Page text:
Salted Caramel Buttercream Icing

Adding salt to sweet is the latest fad in the food world. Now I can’t go into a bakery or cafe without spying a salted dessert. Salted caramel was something I resisted for the longest time because I just don’t like caramel. And, if you’ve read the guest post Salted Caramel Chocolate-Chip Cookie Bars by my friend Emo.da:ns, you’ll know that I’ve tried making a salted caramel apple tart before which turned out pretty meh.

Yet, I secretly liked the combination of salt and sweet. I always add a pinch of salt to chocolate desserts, and fruit and savoury foods can be delicious. (Lemon chicken, anyone?)

For the salted caramel sauces and desserts I’ve tried, none of them managed to get the salty balanced with the sweet. I mean, it’s in the name, so I better damn well taste it! So this buttercream recipe was something I developed in trying to achieve that salty-sweet balance.

It’s a two-step process. First, you have to make a salted caramel sauce. Then you make the icing with the salted caramel. Don’t forget to taste the final icing. If the salt flavour is not coming through, then simply add more salt.



100g caster sugar
1/4 cup water
1/4 cup heavy or whipping cream
1/4 cup milk
1 tsp fine salt or 1/2 tsp coarse salt
30g unsalted butter

50g unsalted butter
200g vegetable shortening
500g icing sugar

Makes about 4 cups of icing, enough to ice a 9-inch layered cake.


Step 1: To make the salted caramel sauce, start by adding the sugar to a pot or saucepan. Make sure your pot is large enough so that the sugar is able to spread out in a thin layer over the bottom. Add the water and stir to combine. Heat the mixture over medium-high heat. Do not stir once you begin heating or your caramel sauce will become gritty. You can swirl the pot occasionally to help the sugar to melt evenly.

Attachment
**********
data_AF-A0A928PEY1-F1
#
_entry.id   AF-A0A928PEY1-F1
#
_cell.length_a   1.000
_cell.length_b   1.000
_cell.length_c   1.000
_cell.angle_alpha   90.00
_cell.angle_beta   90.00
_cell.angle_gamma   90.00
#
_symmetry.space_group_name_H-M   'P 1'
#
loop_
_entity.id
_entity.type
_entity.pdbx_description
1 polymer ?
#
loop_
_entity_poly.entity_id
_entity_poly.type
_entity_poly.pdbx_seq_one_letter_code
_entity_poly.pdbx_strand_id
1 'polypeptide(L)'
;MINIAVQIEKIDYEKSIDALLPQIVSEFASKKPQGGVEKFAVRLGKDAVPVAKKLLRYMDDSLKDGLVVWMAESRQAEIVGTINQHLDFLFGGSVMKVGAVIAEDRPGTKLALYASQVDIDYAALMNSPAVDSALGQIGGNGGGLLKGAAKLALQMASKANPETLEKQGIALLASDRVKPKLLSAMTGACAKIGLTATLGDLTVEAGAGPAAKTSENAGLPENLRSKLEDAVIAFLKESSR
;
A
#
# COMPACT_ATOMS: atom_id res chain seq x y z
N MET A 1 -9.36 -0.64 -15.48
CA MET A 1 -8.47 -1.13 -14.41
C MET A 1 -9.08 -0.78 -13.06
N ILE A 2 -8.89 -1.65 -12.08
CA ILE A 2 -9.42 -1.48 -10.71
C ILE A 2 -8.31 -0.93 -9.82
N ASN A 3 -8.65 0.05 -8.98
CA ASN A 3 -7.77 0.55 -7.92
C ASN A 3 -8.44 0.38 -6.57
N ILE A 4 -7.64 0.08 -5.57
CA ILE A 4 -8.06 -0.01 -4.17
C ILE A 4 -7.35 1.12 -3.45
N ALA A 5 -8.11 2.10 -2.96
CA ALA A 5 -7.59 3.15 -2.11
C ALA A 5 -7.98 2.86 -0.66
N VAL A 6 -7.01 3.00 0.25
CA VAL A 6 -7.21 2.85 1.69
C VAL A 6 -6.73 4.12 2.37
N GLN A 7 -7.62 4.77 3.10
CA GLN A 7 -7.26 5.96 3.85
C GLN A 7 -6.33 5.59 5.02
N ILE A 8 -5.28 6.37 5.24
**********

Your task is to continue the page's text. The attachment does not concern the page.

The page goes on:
Step 2: The sugar solution will look clear and begin to erupt in small bubbles.

Over time, the bubbles will grow bigger and slow down, and the solution will take a golden hue. Once the mixture takes on a dark amber colour, just like honey, take the pot off the heat and carefully add in the heavy cream and milk. Please be extremely careful because the sauce will bubble up quite violently at first. 

Return the pot to the heat and stir in the salt and butter. Once the sauce boils, remove it from the heat and cool. I sat my pot in a bowl of ice water to help cool and thicken the caramel sauce more quickly.

Step 3: To make the icing, begin by beating the butter and shortening in a mixer on high until creamy and slightly lightened in colour. Then, sift in half the icing sugar, add half the salted caramel sauce, and beat well to combine. Sift in the rest of the icing sugar, beat to combine.

Step 4: Add in the salted caramel sauce bit by bit. You want to take the buttercream to a spreadable consistency. If you accidentally make it too runny, just sift in more icing sugar. If you’ve added in all the caramel sauce and it’s still too stiff, add milk until you achieve your desired consistency. Also, don’t be afraid to add more salt if you can’t taste it in the icing, though you might have to whip the buttercream for quite awhile to ensure the salt has dissolved.

Ice and decorate your cake. The icing can also be stored in an air-tight container in the refrigerator for up to a week.

I used the salted caramel buttercream to ice a chocolate birthday cake. It was a tiny 5-inch cake, so I used only half the recipe to ice and do some piping.

If you’re new to the salty-sweet fad, it can be disconcerting tasting something conventionally savoury in a dessert. I’ve come to like it because it makes desserts less one-dimensional.

Of course, you don’t have to make this buttercream icing. The salted caramel sauce alone is wonderful over ice cream, tarts, and cakes.

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